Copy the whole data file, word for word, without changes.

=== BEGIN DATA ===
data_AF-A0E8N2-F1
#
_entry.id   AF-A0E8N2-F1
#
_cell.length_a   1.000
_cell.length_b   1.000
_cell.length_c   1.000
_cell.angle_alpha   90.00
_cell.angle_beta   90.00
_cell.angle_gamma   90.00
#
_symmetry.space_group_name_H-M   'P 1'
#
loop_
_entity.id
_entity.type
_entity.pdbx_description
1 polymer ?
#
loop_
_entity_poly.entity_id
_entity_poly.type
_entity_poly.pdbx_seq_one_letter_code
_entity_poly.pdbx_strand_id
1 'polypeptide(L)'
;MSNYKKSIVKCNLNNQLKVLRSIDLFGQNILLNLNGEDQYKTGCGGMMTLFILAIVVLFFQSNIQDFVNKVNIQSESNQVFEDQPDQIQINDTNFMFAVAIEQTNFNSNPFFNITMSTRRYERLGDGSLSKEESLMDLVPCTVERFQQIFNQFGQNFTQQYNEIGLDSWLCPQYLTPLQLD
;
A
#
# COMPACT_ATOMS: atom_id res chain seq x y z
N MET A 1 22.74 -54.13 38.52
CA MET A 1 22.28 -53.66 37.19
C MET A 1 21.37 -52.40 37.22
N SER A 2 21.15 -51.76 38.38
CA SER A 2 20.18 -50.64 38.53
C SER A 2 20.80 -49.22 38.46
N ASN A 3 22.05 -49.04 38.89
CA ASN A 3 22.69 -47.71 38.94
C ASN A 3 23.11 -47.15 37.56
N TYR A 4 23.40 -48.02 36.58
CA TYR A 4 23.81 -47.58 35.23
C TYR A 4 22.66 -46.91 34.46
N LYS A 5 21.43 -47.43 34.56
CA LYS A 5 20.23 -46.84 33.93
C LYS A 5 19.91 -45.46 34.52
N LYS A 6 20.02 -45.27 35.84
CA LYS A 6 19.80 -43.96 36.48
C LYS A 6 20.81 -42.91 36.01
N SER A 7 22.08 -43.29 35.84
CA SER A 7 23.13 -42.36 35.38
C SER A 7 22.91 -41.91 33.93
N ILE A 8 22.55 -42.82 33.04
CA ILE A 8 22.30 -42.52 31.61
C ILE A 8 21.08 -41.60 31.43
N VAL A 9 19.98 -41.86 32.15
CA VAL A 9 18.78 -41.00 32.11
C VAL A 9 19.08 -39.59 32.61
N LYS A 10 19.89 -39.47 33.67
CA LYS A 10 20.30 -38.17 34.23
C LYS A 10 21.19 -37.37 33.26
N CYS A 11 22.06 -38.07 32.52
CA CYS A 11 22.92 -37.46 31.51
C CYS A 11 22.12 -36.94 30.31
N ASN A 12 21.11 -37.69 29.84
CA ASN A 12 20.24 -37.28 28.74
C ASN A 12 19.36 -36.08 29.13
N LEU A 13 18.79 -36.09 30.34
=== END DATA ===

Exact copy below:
data_AF-A0E8N2-F1
#
_entry.id   AF-A0E8N2-F1
#
_cell.length_a   1.000
_cell.length_b   1.000
_cell.length_c   1.000
_cell.angle_alpha   90.00
_cell.angle_beta   90.00
_cell.angle_gamma   90.00
#
_symmetry.space_group_name_H-M   'P 1'
#
loop_
_entity.id
_entity.type
_entity.pdbx_description
1 polymer ?
#
loop_
_entity_poly.entity_id
_entity_poly.type
_entity_poly.pdbx_seq_one_letter_code
_entity_poly.pdbx_strand_id
1 'polypeptide(L)'
;MSNYKKSIVKCNLNNQLKVLRSIDLFGQNILLNLNGEDQYKTGCGGMMTLFILAIVVLFFQSNIQDFVNKVNIQSESNQVFEDQPDQIQINDTNFMFAVAIEQTNFNSNPFFNITMSTRRYERLGDGSLSKEESLMDLVPCTVERFQQIFNQFGQNFTQQYNEIGLDSWLCPQYLTPLQLD
;
A
#
# COMPACT_ATOMS: atom_id res chain seq x y z
N MET A 1 22.74 -54.13 38.52
CA MET A 1 22.28 -53.66 37.19
C MET A 1 21.37 -52.40 37.22
N SER A 2 21.15 -51.76 38.38
CA SER A 2 20.18 -50.64 38.53
C SER A 2 20.80 -49.22 38.46
N ASN A 3 22.05 -49.04 38.89
CA ASN A 3 22.69 -47.71 38.94
C ASN A 3 23.11 -47.15 37.56
N TYR A 4 23.40 -48.02 36.58
CA TYR A 4 23.81 -47.58 35.23
C TYR A 4 22.66 -46.91 34.46
N LYS A 5 21.43 -47.43 34.56
CA LYS A 5 20.23 -46.84 33.93
C LYS A 5 19.91 -45.46 34.52
N LYS A 6 20.02 -45.27 35.84
CA LYS A 6 19.80 -43.96 36.48
C LYS A 6 20.81 -42.91 36.01
N SER A 7 22.08 -43.29 35.84
CA SER A 7 23.13 -42.36 35.38
C SER A 7 22.91 -41.91 33.93
N ILE A 8 22.55 -42.82 33.04
CA ILE A 8 22.30 -42.52 31.61
C ILE A 8 21.08 -41.60 31.43
N VAL A 9 19.98 -41.86 32.15
CA VAL A 9 18.78 -41.00 32.11
C VAL A 9 19.08 -39.59 32.61
N LYS A 10 19.89 -39.47 33.67
CA LYS A 10 20.30 -38.17 34.23
C LYS A 10 21.19 -37.37 33.26
N CYS A 11 22.06 -38.07 32.52
CA CYS A 11 22.92 -37.46 31.51
C CYS A 11 22.12 -36.94 30.31
N ASN A 12 21.11 -37.69 29.84
CA ASN A 12 20.24 -37.28 28.74
C ASN A 12 19.36 -36.08 29.13
N LEU A 13 18.79 -36.09 30.34